I use plywood in my workshop quite a lot for making jigs and some furniture. The other day I was bringing some home from the store when I got caught in a storm. The top 3 sheets of plywood got wet and were actually soaked in water.
I thought I would share my experience and how I managed to save those sheets. This raises a question, can plywood get wet?
Plywood can get wet over short periods of time, be dried out, and still maintain its strength and finish. Prolonged exposure to rain can cause the softwood layers to de-laminate. In some plywood, the glue can deteriorate and let go.
To discover how I saved my plywood sheets, keep reading the information I have put together. First of all, let’s discuss what is plywood.
What Is Plywood?
Plywood is made from layers of thin softwood sheets glued together with alternating grain directions. The glue is usually a urea-formaldehyde or polyurethane form. The alternating layers make plywood a good strong sheet material for almost any project whether it’s furniture making or subfloor applications.
Many layers of these thin sheets are glued up to form different finished thicknesses of plywood. Plywood is mostly available in 6, 9, 12, 17, 19, 25, and 33mm thicknesses.
Be sure to read my full article that explains if MDF can be used outside. It might surprise you.
Does Rain Ruin Plywood?
A small amount of rain will not ruin plywood. A few showers of rain or a storm on your plywood will be ok as long as it is for only an hour at the most.
Be sure to see my recommendations on the best plywood for outdoors. It has saved me many hours of work.
However, leaving your plywood out in a rain event overnight is not a good idea. This will mean the layers of wood will get soaked by water which can start to affect their structural integrity.
You have to remember that plywood is simply layers of softwood glued together. While the glue is waterproof, the wood fibers are not.
If your plywood is exposed to extended periods of rain, the wood will start to swell and deform and the layers can start coming apart. While the glue is mostly waterproof, excess rain can cause the glue to fail.
Does Plywood Absorb Water?
Plywood does absorb water as it is simply layers of actual softwood fibers glued together. These softwood layers do absorb moisture in the cell walls like any other wood.
This water absorption may take several hours but water will eventually soak through the layers of the wood.
Usually, plywood comes in bundles so it may be more difficult to transport home quickly. Take a look at my article that explains how many sheets of plywood come in a bundle.
The type of plywood you have can also affect the rate at which the water will absorb. A tightly pressed A-grade plywood will be better than a cheap sheet of OSB. Some plywoods also have hardwood layers which have denser cells and can take longer to absorb water.
Can Wet Plywood Be Saved?
If your plywood has only been exposed to a few hours of moisture or water then it can be saved. It may have some dark discoloring around the edges where the water has started to soak in.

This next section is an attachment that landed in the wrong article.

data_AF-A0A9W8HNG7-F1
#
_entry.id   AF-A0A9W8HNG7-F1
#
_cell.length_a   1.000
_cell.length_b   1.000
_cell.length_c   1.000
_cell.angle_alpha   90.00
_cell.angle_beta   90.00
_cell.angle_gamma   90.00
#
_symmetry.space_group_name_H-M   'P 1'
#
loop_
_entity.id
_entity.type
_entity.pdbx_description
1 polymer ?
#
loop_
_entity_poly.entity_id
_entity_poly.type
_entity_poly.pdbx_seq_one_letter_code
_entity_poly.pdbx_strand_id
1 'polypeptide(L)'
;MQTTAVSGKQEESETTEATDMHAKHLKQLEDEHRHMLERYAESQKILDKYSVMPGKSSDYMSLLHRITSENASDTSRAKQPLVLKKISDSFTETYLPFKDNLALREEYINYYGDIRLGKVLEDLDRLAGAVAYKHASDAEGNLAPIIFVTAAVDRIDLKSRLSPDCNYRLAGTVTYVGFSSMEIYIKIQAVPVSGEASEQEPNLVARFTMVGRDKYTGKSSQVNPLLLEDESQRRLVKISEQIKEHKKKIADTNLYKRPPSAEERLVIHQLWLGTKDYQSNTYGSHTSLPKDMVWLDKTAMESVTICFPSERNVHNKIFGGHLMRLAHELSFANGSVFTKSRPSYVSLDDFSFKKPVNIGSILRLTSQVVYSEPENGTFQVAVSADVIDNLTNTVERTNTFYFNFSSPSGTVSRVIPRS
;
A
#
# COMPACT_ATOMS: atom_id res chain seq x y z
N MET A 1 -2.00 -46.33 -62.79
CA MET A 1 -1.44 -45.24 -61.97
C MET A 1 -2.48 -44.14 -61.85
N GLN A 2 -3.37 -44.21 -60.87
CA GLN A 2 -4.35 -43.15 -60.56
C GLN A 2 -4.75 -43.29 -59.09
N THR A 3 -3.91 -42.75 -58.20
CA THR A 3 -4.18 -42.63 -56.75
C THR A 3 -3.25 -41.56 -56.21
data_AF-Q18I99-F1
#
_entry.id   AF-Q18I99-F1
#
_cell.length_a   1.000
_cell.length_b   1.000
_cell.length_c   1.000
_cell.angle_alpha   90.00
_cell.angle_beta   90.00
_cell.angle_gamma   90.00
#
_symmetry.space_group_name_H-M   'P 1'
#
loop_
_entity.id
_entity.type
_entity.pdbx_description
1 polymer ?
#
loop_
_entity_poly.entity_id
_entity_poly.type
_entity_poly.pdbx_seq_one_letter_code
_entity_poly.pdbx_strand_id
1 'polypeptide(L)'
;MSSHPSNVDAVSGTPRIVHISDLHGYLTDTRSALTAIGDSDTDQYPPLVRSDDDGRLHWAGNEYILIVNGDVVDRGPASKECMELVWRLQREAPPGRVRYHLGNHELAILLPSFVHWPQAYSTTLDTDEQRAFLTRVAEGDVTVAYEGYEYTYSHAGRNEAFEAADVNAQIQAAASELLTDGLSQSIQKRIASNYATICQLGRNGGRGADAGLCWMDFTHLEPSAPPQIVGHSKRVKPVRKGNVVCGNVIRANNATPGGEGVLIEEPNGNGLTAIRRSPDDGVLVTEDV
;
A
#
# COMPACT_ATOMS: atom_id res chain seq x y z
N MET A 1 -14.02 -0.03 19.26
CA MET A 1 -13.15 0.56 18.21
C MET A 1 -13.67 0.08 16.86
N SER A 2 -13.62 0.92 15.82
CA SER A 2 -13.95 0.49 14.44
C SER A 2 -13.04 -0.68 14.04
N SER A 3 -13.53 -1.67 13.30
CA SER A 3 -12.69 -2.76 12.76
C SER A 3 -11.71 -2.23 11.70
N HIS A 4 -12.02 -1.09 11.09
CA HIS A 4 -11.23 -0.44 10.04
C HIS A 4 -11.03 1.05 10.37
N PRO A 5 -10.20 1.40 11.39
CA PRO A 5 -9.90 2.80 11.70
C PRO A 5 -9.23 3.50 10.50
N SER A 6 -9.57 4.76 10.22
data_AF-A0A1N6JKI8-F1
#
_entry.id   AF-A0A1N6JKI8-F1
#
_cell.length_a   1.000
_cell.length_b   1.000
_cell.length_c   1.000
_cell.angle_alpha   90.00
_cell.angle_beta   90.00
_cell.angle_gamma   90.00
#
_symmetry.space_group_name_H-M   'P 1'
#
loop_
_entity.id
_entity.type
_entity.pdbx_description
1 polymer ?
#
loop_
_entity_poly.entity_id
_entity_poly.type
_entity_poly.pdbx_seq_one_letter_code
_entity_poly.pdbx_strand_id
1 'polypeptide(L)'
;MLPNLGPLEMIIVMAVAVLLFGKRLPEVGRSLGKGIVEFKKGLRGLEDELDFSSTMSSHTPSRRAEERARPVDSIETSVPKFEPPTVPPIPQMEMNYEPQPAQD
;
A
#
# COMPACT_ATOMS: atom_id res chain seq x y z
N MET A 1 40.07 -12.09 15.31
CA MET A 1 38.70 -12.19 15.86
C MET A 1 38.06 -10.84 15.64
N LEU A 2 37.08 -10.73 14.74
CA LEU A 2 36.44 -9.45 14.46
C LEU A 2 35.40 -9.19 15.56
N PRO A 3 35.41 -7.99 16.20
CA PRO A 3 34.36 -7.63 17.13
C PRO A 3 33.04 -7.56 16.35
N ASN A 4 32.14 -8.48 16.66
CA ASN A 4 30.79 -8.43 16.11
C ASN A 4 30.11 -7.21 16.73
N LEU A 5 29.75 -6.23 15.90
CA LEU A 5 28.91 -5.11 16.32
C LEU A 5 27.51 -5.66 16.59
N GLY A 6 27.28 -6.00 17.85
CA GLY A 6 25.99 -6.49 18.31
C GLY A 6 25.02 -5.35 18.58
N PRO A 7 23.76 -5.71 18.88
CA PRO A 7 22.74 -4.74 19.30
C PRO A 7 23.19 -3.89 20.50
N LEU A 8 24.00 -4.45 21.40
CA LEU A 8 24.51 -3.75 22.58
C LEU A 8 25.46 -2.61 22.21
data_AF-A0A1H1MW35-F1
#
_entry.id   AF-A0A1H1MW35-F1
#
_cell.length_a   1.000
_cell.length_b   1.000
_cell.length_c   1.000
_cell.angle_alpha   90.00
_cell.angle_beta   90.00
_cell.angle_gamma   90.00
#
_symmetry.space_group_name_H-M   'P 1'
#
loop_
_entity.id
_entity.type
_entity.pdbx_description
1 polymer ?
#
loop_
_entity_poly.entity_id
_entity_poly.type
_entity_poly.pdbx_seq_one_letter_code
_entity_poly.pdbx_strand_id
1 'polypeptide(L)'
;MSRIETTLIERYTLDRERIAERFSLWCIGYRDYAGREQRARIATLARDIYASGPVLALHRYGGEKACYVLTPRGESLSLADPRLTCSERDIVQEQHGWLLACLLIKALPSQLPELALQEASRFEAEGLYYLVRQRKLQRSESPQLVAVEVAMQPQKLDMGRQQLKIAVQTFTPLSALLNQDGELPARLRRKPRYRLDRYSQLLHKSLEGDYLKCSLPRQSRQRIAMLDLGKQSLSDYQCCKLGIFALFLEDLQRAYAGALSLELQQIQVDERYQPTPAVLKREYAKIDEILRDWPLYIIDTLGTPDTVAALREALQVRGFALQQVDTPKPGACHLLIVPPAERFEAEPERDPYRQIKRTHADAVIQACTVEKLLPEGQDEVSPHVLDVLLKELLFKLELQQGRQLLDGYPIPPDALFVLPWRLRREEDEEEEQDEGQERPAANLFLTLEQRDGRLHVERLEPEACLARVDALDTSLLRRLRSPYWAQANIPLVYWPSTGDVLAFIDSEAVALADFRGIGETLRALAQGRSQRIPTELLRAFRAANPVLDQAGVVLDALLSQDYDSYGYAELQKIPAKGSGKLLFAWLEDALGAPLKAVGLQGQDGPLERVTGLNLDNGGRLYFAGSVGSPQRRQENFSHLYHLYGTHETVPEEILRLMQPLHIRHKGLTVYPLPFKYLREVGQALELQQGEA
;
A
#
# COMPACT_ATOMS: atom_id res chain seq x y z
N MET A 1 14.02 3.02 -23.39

The important thing is to keep it covered up and remove any excess water straight away. Once this has been done we can then discuss how we go about drying it out.
See how I straighten warped plywood and is it possible to get flat plywood.
How Do I Dry My Plywood?
Here I will let you know the steps to take in order to dry your plywood out completely. I used this same process for my plywood and it worked a treat. What we need to do here is encourage that water out and make it evaporate.
- Isolate the plywood – By isolate I mean store it inside in a dry location. Keeping it outside (even undercover) is still not the best especially if there is high humidity in the air. The wood fibers continually draw in and expel moisture from the air. The driest location you can provide will be for the best.
- Remove excess water – The first step is to remove as much excess water as possible. To do this you can use a few dry cloths or spread dry sawdust over the water to soak it up.
- Stack the sheets – Next, you need to stack individual sheets on packers or bearers of timber. The idea here is to allow as much airflow to all sides of the sheets as possible. I would use a bearer or packer every 300mm or foot so that the sheet will remain flat and not sag.
- Use a fan – Placing a few high-powered fans toward the sheets will encourage air to move over the surface quickly which will, in turn, draw out the moisture. This is why those packers are important as it allows the air to get to all sides of the plywood.
- Use some heat – If you have access to a heater of some description or even a heater with a built-in fan would be best. The idea here is to warm up the room temperate. DO NOT blow heat directly on the sheets of plywood as this could cause warping or cupping of your sheets.
- Give it some time – I would leave your sheets in this situation for a couple of days to ensure they dry out properly. If you are experiencing a lot of seasonal rain or storms over a few days, then this may take longer.
Once you have completed the above steps your plywood should be completely dry and ready for use.